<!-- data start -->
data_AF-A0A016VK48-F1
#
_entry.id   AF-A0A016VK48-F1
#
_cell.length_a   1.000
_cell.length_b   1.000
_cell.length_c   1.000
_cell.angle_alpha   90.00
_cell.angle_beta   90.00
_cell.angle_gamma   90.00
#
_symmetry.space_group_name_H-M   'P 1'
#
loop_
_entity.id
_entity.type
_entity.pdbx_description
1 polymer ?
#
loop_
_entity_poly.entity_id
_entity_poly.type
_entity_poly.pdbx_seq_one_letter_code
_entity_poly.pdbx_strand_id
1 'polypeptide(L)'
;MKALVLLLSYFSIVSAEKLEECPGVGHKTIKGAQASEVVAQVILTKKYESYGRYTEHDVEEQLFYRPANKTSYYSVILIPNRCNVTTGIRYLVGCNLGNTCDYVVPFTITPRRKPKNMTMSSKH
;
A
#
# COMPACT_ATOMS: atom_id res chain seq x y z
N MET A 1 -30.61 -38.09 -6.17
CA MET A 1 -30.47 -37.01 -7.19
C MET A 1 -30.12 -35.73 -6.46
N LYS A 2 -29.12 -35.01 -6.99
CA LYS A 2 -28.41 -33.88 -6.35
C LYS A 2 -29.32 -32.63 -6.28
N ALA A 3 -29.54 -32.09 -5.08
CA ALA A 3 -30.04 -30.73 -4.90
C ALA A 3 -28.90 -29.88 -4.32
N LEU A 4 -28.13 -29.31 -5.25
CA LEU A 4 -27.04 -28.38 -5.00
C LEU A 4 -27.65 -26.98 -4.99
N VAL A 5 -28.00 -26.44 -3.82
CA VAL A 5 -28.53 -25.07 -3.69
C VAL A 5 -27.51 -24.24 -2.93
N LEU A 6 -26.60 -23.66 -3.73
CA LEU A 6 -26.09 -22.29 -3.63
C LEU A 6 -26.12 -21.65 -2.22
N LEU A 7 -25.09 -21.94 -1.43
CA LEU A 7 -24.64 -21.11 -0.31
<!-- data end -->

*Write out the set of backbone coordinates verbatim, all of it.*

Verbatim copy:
data_AF-A0A016VK48-F1
#
_entry.id   AF-A0A016VK48-F1
#
_cell.length_a   1.000
_cell.length_b   1.000
_cell.length_c   1.000
_cell.angle_alpha   90.00
_cell.angle_beta   90.00
_cell.angle_gamma   90.00
#
_symmetry.space_group_name_H-M   'P 1'
#
loop_
_entity.id
_entity.type
_entity.pdbx_description
1 polymer ?
#
loop_
_entity_poly.entity_id
_entity_poly.type
_entity_poly.pdbx_seq_one_letter_code
_entity_poly.pdbx_strand_id
1 'polypeptide(L)'
;MKALVLLLSYFSIVSAEKLEECPGVGHKTIKGAQASEVVAQVILTKKYESYGRYTEHDVEEQLFYRPANKTSYYSVILIPNRCNVTTGIRYLVGCNLGNTCDYVVPFTITPRRKPKNMTMSSKH
;
A
#
# COMPACT_ATOMS: atom_id res chain seq x y z
N MET A 1 -30.61 -38.09 -6.17
CA MET A 1 -30.47 -37.01 -7.19
C MET A 1 -30.12 -35.73 -6.46
N LYS A 2 -29.12 -35.01 -6.99
CA LYS A 2 -28.41 -33.88 -6.35
C LYS A 2 -29.32 -32.63 -6.28
N ALA A 3 -29.54 -32.09 -5.08
CA ALA A 3 -30.04 -30.73 -4.90
C ALA A 3 -28.90 -29.88 -4.32
N LEU A 4 -28.13 -29.31 -5.25
CA LEU A 4 -27.04 -28.38 -5.00
C LEU A 4 -27.65 -26.98 -4.99
N VAL A 5 -28.00 -26.44 -3.82
CA VAL A 5 -28.53 -25.07 -3.69
C VAL A 5 -27.51 -24.24 -2.93
N LEU A 6 -26.60 -23.66 -3.73
CA LEU A 6 -26.09 -22.29 -3.63
C LEU A 6 -26.12 -21.65 -2.22
N LEU A 7 -25.09 -21.94 -1.43
CA LEU A 7 -24.64 -21.11 -0.31